He Learned a Valuable Lesson About Tithing and Faith

The student pastor was worried about paying his bills. Then two earth angels provided heaven-sent reassurance.

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Posted in , Jun 24, 2022

Illustration by Daniel Liévano

Yet another door slammed in my face. My shoulders slumped in defeat. I hadn’t expected door-to-door sales to be easy, but I certainly hadn’t expected it to be this hard. Monday, my first day on the job, was a bust, and if my luck didn’t improve before the end of the week, I was in trouble.

We were in an economic slump in 1968, and I was a broke graduate student at the Asbury Theological Seminary in Wilmore, Kentucky. I needed $200 to cover next semester’s tuition. That was a lot of money. So, instead of spending my week of spring break relaxing with friends, I was stuck pounding the pavement, hawking cookware. With the few sales I’d managed to make thus far, I had no idea how I’d reach my goal.

Before setting out on this endeavor, I’d ended my daily devotions with a desperate plea. “Lord, if you bless me financially this week, I promise I’ll give 10 percent of my income to the church.” Since I was a boy, I’d been schooled in the concept of the biblical tithe. My father, who worked as a missionary, had talked about it. So did my Sunday school teachers. Not that I’d ever practiced it myself. The way I saw it, giving away 10 percent of my earnings was driving a hard bargain. But at this point, I would have tried anything to complete my religious studies.

By mid-week I wondered if my prayer had finally given me confidence in my sales pitch. For whatever reason, I saw some success. I made sale after sale. I guessed I’d really honed my skills. By Saturday, I had $250 in my pocket—and zero memory of my promise to tithe.

I was a student pastor at Lamberts Chapel, in a rural area in central Kentucky. I woke early on Sunday mornings so I could complete my devotional before the day’s services. First, I thanked God for a successful week of door-to-door sales. Then I read the scripture for the day, Malachi 3:6-12, in which the Lord chastises the Israelites for not keeping the tithe. The words hit me right between the eyes! It couldn’t be a coincidence! I scrambled for my checkbook, writing out a donation of $10. I ripped it up. I wrote another check for $15. It took me three tries to commit to the full 10 percent. I got to church and dropped it in the offering plate. It did hurt a little, but at least my conscience was clear.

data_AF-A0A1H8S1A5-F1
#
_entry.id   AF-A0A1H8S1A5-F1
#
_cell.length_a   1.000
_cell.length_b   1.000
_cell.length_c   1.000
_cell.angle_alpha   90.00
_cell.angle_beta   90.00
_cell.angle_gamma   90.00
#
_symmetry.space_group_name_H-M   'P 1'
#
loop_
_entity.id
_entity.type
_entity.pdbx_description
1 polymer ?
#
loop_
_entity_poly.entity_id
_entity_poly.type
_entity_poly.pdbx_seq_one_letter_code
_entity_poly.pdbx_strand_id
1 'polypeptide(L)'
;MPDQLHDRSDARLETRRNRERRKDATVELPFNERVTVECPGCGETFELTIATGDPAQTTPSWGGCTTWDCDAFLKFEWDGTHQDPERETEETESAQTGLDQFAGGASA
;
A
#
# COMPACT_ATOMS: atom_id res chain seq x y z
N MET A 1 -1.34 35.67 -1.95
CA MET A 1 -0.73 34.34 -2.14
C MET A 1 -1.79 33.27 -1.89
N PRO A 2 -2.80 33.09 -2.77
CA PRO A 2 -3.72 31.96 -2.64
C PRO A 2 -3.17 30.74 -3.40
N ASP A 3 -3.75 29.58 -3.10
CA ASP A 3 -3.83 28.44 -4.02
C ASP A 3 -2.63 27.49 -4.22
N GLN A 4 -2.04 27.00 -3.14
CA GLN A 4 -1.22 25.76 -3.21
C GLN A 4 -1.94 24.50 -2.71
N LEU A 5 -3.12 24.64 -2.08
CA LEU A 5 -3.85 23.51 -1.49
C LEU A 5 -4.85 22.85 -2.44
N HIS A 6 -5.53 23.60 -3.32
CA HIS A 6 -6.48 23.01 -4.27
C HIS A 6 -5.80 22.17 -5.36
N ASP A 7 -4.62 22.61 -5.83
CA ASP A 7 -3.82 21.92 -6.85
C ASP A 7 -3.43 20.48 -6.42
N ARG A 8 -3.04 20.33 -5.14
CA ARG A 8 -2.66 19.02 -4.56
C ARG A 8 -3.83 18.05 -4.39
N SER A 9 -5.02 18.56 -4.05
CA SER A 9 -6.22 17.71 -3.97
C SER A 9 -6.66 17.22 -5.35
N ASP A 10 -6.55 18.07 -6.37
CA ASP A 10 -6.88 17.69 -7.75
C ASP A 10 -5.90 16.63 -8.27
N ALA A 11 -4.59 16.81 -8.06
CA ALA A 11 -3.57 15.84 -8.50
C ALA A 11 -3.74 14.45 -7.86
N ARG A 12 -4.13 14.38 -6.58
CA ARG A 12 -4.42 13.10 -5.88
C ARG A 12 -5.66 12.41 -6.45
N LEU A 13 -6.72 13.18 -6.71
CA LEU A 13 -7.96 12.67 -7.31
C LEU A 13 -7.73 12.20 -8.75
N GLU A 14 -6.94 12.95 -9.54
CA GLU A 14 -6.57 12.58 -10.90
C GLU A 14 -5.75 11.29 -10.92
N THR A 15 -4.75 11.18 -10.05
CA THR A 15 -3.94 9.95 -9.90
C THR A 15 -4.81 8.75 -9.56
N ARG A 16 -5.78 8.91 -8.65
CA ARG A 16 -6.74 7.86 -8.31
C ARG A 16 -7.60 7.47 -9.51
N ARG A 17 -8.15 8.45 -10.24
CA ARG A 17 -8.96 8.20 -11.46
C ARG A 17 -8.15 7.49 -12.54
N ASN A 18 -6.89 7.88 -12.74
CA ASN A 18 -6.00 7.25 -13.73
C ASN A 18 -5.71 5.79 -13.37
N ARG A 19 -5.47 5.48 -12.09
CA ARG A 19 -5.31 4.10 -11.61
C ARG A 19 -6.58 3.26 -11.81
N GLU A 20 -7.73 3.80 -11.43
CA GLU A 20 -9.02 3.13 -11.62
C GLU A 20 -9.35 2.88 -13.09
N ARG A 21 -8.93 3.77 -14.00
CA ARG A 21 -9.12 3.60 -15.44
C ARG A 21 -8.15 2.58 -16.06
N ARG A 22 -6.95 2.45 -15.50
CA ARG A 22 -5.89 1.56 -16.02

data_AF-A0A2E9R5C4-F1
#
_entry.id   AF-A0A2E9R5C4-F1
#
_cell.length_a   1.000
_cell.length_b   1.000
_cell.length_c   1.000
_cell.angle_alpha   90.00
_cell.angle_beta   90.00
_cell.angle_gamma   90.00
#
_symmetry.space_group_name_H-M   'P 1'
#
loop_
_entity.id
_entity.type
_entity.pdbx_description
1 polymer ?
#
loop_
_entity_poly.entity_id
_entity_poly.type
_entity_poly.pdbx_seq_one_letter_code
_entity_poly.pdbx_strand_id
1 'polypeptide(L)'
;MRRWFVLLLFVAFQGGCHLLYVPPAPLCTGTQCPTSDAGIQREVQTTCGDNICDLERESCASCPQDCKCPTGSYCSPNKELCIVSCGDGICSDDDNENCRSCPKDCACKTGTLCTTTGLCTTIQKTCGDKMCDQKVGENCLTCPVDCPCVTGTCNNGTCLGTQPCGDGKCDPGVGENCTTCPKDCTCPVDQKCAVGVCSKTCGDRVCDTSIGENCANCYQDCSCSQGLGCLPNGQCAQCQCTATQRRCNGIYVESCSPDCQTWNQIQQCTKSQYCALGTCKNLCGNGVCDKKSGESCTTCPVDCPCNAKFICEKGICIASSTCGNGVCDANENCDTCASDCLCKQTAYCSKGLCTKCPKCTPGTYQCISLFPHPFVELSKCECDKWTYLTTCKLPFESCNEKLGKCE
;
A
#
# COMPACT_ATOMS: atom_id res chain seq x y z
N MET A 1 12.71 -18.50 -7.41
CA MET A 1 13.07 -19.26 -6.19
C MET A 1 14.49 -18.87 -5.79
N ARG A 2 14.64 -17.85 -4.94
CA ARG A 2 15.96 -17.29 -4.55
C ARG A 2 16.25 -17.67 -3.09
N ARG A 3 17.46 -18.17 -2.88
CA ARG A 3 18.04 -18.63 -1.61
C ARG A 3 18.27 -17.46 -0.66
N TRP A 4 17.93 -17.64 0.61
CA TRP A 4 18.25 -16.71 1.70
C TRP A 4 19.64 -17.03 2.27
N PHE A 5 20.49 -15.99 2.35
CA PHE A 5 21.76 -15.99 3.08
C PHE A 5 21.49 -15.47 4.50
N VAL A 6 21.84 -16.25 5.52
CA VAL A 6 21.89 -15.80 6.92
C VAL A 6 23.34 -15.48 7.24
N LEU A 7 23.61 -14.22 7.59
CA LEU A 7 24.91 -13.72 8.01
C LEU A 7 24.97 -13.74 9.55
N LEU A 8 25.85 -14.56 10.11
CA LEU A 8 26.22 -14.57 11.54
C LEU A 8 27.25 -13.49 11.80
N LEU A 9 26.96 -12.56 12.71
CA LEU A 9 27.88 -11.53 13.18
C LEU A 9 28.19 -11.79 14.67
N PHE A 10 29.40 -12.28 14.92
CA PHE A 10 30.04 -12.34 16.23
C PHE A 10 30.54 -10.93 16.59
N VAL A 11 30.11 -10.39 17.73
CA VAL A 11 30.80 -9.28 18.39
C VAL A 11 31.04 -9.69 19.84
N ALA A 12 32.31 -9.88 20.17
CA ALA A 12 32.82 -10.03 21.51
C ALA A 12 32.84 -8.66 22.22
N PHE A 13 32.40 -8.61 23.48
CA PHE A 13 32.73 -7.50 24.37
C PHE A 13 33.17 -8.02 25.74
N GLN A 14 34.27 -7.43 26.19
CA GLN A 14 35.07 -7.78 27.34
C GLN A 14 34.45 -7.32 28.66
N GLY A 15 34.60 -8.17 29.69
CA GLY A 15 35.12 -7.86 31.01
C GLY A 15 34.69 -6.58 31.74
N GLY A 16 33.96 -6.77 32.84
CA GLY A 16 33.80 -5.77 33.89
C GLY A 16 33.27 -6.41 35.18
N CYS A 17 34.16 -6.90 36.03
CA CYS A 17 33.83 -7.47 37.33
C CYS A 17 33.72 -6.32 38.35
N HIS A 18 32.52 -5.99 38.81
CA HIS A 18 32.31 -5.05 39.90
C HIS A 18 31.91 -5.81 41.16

Sunday services began as usual, until “unusual” happened. We had two visitors to our rural gathering place, which was rare. The older couple stole into the sanctuary and took a seat.

At the end of the service, I stood to the side, shaking hands with the worshippers filing out. The visiting couple approached, and the woman handed me an envelope, which I passed on to our treasurer, thinking it was a donation for the chapel.

A few hours later, before the evening service began, the treasurer approached me, the same envelope in her hand.

“No,” she said. “This is for you, young man.”

I opened the envelope and found a check for $25. It was made out to me.

I didn’t understand. I’d never met that couple before. Why would they give this gift to me? Only angels would know how conflicted I’d been about tithing this very amount on that very morning. But of course, angels didn’t write checks…

Two Sundays later, when I feared I wouldn’t see the couple again, I used the names on the check to look up their address. I knocked on their door, and they invited me inside. I thanked them for their generous gift. But I was still confused. “Why me?” I asked. “Why that Sunday? And how did you know who I was?”

“We know about your father’s work,” the woman explained. “We wanted to show our appreciation by giving a little something to his son. And that Sunday seemed as good a day as any.” As good a day as any for a blossoming young seminarian to see a simple theological principle put into action—that God will always provide. I did manage to graduate, and in the years since I’ve written out my tithe check correctly and thankfully the first time around.

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